FEMA forgives loans to Jefferson Parish, St. Tammany sheriff

St. Tammany Sheriff’s Office also off hook

The Federal Emergency Management Agency has forgiven the community disaster loans it made to Jefferson Parish and to the St. Tammany Parish Sheriff’s Office after Hurricane Katrina, Sen. Mary Landrieu’s office announced Tuesday.

The cancellation frees Jefferson Parish of having to repay its original $54.8 million loan and the $11.1 million in interest the loan has accrued, Parish President John Young said.

The St. Tammany Sheriff’s Office is relieved of repaying a $9.9 million loan.

The news comes after several years of wrangling with FEMA over eligibility requirements that had excluded many southeast Louisiana governments, sheriff’s offices and other organizations from having their loans forgiven.

Landrieu succeeded earlier this year in changing what her office called a flawed formula that prevented the cancellation of $286.7 million in community disaster loans in southeast Louisiana.

Among other things, the old FEMA formula required that organizations demonstrate a revenue loss in the three years following a disaster. That requirement posed a problem for places such as Jefferson Parish, where post-storm spending caused a short-term bump in sales tax collections.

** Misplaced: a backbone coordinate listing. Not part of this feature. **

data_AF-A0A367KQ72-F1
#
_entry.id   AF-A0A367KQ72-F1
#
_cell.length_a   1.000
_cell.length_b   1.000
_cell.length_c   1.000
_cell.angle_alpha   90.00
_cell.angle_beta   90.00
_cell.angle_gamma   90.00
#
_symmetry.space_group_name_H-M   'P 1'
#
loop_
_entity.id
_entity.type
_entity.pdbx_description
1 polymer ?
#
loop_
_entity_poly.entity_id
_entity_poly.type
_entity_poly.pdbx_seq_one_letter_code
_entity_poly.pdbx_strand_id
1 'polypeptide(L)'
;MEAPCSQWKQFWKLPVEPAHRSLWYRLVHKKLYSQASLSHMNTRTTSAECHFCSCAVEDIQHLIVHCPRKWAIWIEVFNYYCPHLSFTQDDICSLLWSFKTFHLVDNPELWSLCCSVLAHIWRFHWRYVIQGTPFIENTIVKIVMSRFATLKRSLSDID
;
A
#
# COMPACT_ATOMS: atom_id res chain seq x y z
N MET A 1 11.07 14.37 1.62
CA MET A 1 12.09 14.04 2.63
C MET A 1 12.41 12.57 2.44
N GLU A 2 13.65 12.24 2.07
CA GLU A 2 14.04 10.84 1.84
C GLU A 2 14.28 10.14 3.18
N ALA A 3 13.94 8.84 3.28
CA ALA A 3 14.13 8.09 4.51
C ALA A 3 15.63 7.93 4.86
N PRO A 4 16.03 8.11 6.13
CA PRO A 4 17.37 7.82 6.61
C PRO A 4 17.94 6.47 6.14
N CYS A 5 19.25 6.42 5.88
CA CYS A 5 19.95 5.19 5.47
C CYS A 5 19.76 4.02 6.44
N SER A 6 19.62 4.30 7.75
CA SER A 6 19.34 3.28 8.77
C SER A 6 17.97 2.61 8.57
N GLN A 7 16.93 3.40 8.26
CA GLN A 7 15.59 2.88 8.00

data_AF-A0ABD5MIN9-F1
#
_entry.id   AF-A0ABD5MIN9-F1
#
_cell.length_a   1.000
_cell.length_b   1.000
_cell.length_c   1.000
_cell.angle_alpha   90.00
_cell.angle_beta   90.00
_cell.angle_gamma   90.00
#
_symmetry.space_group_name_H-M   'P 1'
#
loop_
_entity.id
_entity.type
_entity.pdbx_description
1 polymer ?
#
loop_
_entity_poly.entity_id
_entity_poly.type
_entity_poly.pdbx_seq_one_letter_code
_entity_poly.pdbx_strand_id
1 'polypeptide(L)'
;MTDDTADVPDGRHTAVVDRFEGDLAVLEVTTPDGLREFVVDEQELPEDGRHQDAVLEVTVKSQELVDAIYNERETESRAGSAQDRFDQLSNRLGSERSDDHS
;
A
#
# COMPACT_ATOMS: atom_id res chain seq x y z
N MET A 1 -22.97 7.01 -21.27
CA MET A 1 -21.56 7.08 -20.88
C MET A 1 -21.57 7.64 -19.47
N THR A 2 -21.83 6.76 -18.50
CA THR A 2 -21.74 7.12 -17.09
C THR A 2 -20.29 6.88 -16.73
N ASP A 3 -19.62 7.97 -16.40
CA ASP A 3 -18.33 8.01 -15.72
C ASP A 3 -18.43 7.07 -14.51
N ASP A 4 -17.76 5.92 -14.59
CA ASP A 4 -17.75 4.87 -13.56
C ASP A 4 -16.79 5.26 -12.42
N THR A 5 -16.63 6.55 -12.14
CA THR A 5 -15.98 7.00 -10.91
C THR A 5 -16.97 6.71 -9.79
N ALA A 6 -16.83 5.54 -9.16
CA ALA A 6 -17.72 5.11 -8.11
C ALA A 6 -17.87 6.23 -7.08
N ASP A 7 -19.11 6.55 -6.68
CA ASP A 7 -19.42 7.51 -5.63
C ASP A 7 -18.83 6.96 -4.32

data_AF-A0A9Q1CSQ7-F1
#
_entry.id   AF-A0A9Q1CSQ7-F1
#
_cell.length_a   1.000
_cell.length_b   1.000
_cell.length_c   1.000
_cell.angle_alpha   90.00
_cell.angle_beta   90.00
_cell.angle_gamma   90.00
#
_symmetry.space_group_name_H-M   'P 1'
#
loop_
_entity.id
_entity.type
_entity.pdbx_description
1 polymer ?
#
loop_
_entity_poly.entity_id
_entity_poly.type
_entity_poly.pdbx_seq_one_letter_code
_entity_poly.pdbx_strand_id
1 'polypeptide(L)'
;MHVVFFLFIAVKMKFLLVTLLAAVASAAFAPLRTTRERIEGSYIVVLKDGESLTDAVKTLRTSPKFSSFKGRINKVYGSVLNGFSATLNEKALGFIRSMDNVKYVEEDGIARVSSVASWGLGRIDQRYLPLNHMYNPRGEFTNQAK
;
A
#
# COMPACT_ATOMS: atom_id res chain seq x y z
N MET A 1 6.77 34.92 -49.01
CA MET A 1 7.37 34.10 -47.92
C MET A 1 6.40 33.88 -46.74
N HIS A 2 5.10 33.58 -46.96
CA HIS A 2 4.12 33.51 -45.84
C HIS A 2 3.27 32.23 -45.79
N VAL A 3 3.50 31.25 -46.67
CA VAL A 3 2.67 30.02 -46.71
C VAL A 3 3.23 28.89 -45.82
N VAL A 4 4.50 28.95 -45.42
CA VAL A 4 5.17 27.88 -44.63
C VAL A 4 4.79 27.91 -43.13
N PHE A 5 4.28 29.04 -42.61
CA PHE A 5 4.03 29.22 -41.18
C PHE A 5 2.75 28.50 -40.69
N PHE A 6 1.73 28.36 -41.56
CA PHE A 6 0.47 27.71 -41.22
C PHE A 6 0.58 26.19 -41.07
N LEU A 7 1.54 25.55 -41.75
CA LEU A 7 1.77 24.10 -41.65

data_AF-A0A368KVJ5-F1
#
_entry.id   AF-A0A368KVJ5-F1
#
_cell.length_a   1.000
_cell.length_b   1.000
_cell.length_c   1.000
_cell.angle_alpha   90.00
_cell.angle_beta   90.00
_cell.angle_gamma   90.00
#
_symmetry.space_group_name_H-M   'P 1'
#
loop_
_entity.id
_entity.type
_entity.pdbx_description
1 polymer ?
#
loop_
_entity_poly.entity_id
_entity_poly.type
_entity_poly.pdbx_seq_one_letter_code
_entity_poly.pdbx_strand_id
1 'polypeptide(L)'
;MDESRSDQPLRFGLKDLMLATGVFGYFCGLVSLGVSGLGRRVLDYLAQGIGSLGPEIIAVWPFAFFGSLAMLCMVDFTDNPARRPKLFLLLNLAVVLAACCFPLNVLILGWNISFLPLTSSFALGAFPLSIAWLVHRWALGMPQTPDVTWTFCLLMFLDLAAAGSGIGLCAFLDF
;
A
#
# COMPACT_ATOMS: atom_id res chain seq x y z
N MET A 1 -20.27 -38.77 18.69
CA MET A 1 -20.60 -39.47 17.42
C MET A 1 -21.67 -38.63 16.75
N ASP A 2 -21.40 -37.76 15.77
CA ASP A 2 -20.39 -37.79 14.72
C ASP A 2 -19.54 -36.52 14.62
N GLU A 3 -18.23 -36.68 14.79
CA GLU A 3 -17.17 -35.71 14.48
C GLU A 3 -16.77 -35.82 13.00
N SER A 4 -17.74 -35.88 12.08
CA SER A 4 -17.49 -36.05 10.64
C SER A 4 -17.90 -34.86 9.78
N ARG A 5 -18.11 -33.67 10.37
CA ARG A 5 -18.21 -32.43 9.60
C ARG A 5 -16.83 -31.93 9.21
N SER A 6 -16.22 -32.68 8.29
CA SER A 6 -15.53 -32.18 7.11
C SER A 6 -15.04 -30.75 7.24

Landrieu’s rule change was added to the 2013 Homeland Security Appropriations bill.

Thursday’s news came one day after Landrieu announced that St. Tammany Parish’s $14.5 million disaster loan had been canceled.

“I’m doing a lot better than I was this morning,” Young said Thursday evening after receiving the news. “It’s a tremendously positive development.”

Young said he had been working on getting the loans forgiven for three years, even traveling to Washington, D.C., to meet with FEMA Administrator Craig Fugate.

With the forgiveness, Jefferson no longer will have to take money from other services to put in a fund dedicated to repayment, Young said.

“It’s not going to create a windfall,” he said. “But we were having to put money away every year to try to pay it back. Now we won’t have that hanging over our heads.”

Jefferson Parish intends to increase its reserves and give parish employees a raise of up to 3 percent as a result of the cancellation, Young said.

St. Tammany Parish Sheriff Jack Strain praised Landrieu for her persistence.

“In a time when it appears Washington, D.C., has become completely dysfunctional, Sen. Mary Landrieu has been able to navigate the legislative process to save the taxpayers of St. Tammany Parish million of dollars,” Strain said in a statement. “The Sheriff’s Office, and therefore the taxpayers of our parish, will directly benefit from Sen. Landrieu’s efforts.”